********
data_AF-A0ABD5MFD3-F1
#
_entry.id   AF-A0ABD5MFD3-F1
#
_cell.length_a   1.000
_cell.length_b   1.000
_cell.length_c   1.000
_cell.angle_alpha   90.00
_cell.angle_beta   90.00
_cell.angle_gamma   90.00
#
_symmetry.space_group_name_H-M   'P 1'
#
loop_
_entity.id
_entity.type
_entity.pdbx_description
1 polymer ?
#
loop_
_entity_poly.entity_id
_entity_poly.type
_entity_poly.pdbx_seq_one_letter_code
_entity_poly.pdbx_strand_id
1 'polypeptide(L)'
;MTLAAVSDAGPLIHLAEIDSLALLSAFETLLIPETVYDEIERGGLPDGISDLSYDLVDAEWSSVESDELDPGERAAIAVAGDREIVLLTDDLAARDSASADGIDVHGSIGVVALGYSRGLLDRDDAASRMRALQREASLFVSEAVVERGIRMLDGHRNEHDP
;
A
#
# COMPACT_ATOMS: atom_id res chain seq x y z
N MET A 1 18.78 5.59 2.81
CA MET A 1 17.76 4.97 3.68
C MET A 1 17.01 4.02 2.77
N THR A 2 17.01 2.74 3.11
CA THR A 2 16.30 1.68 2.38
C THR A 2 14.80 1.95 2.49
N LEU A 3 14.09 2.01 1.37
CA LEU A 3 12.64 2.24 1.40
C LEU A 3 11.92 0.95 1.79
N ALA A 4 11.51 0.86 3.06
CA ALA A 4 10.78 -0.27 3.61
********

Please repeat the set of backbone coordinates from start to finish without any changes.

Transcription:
data_AF-A0ABD5MFD3-F1
#
_entry.id   AF-A0ABD5MFD3-F1
#
_cell.length_a   1.000
_cell.length_b   1.000
_cell.length_c   1.000
_cell.angle_alpha   90.00
_cell.angle_beta   90.00
_cell.angle_gamma   90.00
#
_symmetry.space_group_name_H-M   'P 1'
#
loop_
_entity.id
_entity.type
_entity.pdbx_description
1 polymer ?
#
loop_
_entity_poly.entity_id
_entity_poly.type
_entity_poly.pdbx_seq_one_letter_code
_entity_poly.pdbx_strand_id
1 'polypeptide(L)'
;MTLAAVSDAGPLIHLAEIDSLALLSAFETLLIPETVYDEIERGGLPDGISDLSYDLVDAEWSSVESDELDPGERAAIAVAGDREIVLLTDDLAARDSASADGIDVHGSIGVVALGYSRGLLDRDDAASRMRALQREASLFVSEAVVERGIRMLDGHRNEHDP
;
A
#
# COMPACT_ATOMS: atom_id res chain seq x y z
N MET A 1 18.78 5.59 2.81
CA MET A 1 17.76 4.97 3.68
C MET A 1 17.01 4.02 2.77
N THR A 2 17.01 2.74 3.11
CA THR A 2 16.30 1.68 2.38
C THR A 2 14.80 1.95 2.49
N LEU A 3 14.09 2.01 1.37
CA LEU A 3 12.64 2.24 1.40
C LEU A 3 11.92 0.95 1.79
N ALA A 4 11.51 0.86 3.06
CA ALA A 4 10.78 -0.27 3.61